Escaping the bonds of politics

Time was, all government bodies operated the way Marion does, with elected officials doing more than mainly rubberstamping the recommendations of paid professional staff. Nowadays, in most school districts and many cities, such as Hillsboro, elected officials heavily rely on the expertise of superintendents and city managers whose trustworthiness and understanding of complex issues has been proved by previous experience, in which they handled similar jobs for similar out-of-town entities.

What makes Marion unusual is that its professional staff — however dedicated and hard-working the individuals holding those positions might be — has no track record beyond what it has done locally. And some of those experiences have not been positive. The more the staff, with good intentions, tries to act like outside professionals and administratively resolve issues before they reach elected officials, the less trust the staff engenders with those officials and the people who elect them.

It’s not that Marion’s governmental structure unusually has its mayor possessing both executive and legislative power. It’s that Marion has hired staff reflective of that system while some on the council believe that it has another system, in which bureaucrats work everything out behind closed doors and elected officials then smile and make only positive comments.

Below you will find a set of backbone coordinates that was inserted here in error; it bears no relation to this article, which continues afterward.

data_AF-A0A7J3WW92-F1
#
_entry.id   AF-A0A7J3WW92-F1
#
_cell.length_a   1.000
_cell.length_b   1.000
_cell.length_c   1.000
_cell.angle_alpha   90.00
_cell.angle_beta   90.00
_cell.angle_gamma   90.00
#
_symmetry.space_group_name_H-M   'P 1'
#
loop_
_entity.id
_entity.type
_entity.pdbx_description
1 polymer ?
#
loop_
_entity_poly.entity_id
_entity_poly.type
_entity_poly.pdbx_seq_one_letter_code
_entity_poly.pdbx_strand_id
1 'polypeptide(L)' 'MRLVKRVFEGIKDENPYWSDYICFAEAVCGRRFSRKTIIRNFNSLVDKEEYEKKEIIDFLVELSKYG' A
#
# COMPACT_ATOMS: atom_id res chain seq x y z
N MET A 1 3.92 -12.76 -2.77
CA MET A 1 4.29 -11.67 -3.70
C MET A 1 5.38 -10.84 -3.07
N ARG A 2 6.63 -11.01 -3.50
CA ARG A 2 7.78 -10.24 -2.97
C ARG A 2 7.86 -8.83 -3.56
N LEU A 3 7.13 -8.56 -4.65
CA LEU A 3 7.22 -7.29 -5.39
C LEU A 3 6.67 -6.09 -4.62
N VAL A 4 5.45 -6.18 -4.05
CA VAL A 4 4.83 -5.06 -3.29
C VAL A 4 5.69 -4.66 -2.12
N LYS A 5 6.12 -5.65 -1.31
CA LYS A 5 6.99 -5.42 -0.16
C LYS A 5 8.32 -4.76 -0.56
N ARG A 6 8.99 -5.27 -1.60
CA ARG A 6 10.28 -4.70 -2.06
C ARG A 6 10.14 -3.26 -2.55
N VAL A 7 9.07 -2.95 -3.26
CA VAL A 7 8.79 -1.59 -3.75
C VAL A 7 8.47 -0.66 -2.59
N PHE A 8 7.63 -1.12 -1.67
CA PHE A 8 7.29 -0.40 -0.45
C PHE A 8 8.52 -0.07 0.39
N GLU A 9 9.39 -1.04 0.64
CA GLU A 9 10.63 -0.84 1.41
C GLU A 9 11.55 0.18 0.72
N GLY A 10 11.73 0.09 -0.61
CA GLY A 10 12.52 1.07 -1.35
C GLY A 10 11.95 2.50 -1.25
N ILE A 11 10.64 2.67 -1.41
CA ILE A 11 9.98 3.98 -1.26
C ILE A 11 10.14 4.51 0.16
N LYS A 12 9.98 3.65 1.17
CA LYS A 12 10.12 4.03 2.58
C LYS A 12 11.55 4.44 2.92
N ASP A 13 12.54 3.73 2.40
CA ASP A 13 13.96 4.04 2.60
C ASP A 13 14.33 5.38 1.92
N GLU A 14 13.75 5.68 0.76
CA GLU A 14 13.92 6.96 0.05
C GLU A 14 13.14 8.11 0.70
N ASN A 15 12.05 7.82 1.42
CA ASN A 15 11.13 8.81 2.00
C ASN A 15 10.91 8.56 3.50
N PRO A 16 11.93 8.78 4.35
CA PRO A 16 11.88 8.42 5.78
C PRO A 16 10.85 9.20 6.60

True democracy is a messy form of government — something the “always positive” faction seems to forget. The more that bureaucrats try to cover up problems and resolve differences outside of public view, the more the public distrusts them.

Simple things contribute to the problem. Printing only brief summaries of new ordinances rather than the full text and supplying reams of private information to elected officials before votes are taken makes the public wonder what’s being put over on them. So does conducting executive sessions at frequencies greater than what are accorded for bathroom breaks. We’re still puzzled in this case why the city attorney was vacationing and unable to appear at either council meeting to help councilmen understand the ordinance involved but was available to certify that the cost-saving summary of that ordinance met all statutory requirements.

The “always positive” concept of keeping democracy hidden from the people means that, for many ideas, including some quite meritorious ones, bureaucrats and officials get so far out in front of the people they are trying to lead that leadership becomes impossible. This in turn merely encourages conspiracy theorists to step in and create chaos.

The question of how to design and where to locate restrooms in Central Park is a prime example of how being too organized in advance, outside of public view, can condemn an otherwise meritorious project.

Leadership doesn’t mean dragging people into things for their own good. It means publicly listening to them and publicly getting them on board before the train tries to leave the station. Do that with housing proposals or restroom plans and the public will eventually do the right thing. Try to resolve everything in an “always positive” manner and all you will do is create unproductive buzzing in coffee klatches and distrust for times when difficult leadership really is needed.

— ERIC MEYER

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